Characters are enveloped in thick white-gray light so that the film is always wrapped in a sort of haze, which not only mimics Doc’s pot-addled mind, but also makes everything seem realistic and down-to-earth when the goal of the characters (read: main cast – Doc, Shasta, Hope [Jena Malone], Bigfoot, Mickey [Eric Roberts]) is to get somewhere that isn’t real or to grasp something that no longer exists – Doc’s fantasy life of being a badass private-eye on a scenic coast; Shasta’s seemingly perfect life with business mogul Mickey (who has become so sick of his life of corruption that he joins a cult where he doesn’t have to think about it any more); Hope’s insistence that her life of heroin-fueled debauchery with husband Coy (Owen Wilson), who has also run away (to become a snitch for several dangerous organizations), can be reconciled into a happy family life; Bigfoot’s bravado and conservative bullshit about being a respected cop when he’s actually whipped by his wife and moonlighting as an extra on Adam 12 and doing commercials in which he’s forced to wear a fake afro; even Clancy Charlock’s (Michelle Sinclair) hope that her no-goodnik husband (whose corpse we saw two hours ago and never shed a tear over) is alive. Closeups of characters involve unflattering framing and light that makes them appear as real people with disheveled hair, natural movements, and nary an airbrushed mole.  There’s natural beauty in the tiny moments, when Doc and company are not reaching for the ephemeral.

The film’s roadblocks are all in the choices made by its director, and maybe its purpose altogether (i.e. its self-conscious lack thereof).  A film should not be made with the intention of becoming a misunderstood cult classic.  Nearly all of its most positive reviews by respected critics involve the phrases “a film for film lovers” or “a film that demands comparison to [this] and [that].”  Being derivative is one thing, but you cannot say those things and then call a film “unique” and “original” in the same breath, much less when it’s based on a novel and so desperately (and here’s where I compare it to something) xeroxes Coen Brothers material.  Yes, nostalgia is a big theme in the film, perhaps its strongest.  But nostalgia shouldn’t be the one thing that causes us to 1) see a film, and 2) get so precious about it – similar to actual memories.

Worst, maybe, is Anderson’s continued misuse (and the word “use” is sadly appropriate here) of the female cast.  Where his last film had Philip Seymour Hoffman singing an active and impressive version of “Amsterdam Maid” while dozens of nude young (and old, none in between) women bounced around like decorations, this one has plenty of attempted characterization of women with one common trait: they all sit around waiting for a man (or multiple men) to save them.  But look at Shasta: she’s the one who doesn’t seem to need any of this.  She’s the film’s most liberated soul.  Until, of course, she returns to Doc’s apartment, strips down, and nakedly monologues in a several-minute-long single shot about how she’s in fact a much worse kind of person, objectifies and verbally degrades herself while rubbing her foot along Doc’s crotch, and then allows herself to be spanked and sexually ravaged.  I’m not sure which I prefer, if I have to prefer one: a film with practically no women (There Will Be Blood) or one wherein the women debase themselves at the whim of the men before and behind the camera (and wherein their greatest fantasy is living a life that involves actually making choices).  Also note: the fact that the actress has stated that the scene did not bother her doesn’t mean that the scene isn’t problematic as a whole or that it doesn’t perpetuate serious issues in our culture.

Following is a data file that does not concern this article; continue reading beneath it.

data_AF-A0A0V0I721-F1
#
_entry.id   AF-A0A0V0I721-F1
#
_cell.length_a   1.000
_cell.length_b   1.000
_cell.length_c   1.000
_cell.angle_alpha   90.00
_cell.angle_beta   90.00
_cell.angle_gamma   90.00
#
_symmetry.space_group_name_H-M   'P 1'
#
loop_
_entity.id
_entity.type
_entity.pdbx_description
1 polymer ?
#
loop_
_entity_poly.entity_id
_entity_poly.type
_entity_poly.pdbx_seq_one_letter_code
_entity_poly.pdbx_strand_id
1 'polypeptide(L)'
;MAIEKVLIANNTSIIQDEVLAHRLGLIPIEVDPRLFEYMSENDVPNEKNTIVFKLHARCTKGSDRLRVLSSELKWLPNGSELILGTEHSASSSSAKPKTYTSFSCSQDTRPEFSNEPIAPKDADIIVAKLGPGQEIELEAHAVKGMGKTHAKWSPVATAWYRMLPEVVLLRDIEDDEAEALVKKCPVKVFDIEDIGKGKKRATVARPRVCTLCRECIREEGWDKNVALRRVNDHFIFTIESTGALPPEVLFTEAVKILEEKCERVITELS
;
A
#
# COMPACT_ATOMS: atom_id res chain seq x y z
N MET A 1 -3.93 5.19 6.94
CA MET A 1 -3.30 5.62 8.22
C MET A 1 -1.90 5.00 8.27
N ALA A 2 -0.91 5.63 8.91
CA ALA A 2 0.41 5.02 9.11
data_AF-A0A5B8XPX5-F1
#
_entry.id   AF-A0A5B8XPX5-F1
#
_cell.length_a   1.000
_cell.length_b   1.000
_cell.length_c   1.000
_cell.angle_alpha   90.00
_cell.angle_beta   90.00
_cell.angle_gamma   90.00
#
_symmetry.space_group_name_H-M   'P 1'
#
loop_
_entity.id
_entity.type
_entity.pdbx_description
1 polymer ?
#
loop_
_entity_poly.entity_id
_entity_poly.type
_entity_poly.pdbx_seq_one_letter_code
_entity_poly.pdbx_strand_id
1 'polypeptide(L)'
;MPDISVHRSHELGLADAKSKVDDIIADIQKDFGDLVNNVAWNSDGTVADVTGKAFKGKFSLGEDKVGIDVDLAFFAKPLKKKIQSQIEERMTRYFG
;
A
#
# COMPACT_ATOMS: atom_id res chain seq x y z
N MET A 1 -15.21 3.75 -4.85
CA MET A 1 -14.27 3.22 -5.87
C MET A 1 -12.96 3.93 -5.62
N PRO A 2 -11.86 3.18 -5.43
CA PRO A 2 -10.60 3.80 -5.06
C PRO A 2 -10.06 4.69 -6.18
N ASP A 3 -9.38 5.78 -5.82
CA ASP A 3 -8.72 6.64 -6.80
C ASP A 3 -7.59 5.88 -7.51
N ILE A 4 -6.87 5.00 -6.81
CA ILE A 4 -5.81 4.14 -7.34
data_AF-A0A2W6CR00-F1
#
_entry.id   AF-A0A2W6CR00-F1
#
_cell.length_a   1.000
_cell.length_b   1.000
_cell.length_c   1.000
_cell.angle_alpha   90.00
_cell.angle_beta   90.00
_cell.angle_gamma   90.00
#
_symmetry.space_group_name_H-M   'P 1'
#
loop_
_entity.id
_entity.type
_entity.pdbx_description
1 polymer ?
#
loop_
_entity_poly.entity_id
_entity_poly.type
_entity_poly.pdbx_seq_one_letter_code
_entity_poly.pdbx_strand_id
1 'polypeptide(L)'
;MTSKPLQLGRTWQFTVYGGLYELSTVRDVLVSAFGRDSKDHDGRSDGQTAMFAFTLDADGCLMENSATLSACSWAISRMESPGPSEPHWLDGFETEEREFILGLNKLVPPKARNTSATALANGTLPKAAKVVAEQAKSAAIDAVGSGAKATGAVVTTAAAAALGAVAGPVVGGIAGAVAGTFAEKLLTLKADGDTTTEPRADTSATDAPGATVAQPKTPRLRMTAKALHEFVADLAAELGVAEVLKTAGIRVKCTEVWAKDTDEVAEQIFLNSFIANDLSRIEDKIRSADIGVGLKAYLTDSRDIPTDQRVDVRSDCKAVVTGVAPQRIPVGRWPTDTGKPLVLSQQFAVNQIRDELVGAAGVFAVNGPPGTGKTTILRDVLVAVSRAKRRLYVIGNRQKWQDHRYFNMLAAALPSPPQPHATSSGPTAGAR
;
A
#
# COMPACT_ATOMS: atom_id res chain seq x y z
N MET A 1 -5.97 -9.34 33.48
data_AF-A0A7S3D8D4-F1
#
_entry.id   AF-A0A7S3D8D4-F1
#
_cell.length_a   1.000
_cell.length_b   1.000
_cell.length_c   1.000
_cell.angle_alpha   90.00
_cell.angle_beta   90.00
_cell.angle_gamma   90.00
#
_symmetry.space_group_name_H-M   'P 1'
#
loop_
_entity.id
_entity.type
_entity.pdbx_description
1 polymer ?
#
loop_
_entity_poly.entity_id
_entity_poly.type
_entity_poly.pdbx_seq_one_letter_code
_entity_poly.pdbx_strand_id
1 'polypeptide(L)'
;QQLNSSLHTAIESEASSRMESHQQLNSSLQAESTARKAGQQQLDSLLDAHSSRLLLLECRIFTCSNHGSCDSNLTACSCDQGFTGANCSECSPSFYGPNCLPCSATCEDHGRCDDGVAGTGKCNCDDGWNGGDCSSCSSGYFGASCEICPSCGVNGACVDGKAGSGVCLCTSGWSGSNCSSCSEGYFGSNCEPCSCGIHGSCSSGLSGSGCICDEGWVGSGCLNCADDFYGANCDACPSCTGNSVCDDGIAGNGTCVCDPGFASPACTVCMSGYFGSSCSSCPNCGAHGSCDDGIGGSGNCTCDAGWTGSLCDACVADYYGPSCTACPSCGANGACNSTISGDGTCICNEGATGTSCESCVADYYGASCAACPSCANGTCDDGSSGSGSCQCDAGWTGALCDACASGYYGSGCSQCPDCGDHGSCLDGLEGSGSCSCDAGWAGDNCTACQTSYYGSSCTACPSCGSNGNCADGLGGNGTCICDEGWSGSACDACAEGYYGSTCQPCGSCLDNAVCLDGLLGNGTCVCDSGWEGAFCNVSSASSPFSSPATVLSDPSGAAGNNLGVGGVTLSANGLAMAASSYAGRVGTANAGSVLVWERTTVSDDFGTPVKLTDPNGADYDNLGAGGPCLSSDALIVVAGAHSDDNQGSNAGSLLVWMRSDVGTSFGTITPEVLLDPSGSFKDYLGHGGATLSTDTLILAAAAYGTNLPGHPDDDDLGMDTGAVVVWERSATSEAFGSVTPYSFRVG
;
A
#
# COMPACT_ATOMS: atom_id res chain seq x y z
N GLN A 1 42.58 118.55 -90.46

So yeah.  Inherent Vice is nostalgic, deliberately uncomfortable, and fun to try to puzzle out, but when it “says” something, it says the wrong thing, and much like its protagonist, who never knows what’s being said or whether he’s actually saying much of anything, the film itself isn’t too clear about whether its makers understand exactly what they are saying.  It doesn’t take repeat viewings to figure that out.

Inherent Vice (2014); based upon the novel by Thomas Pynchon; screenplay and direction by Paul Thomas Anderson; starring Joaquin Phoenix, Katherine Waterston, Josh Brolin, and Jena Malone. 

The Imitation Game

The Big Bang Theory, ca. 1941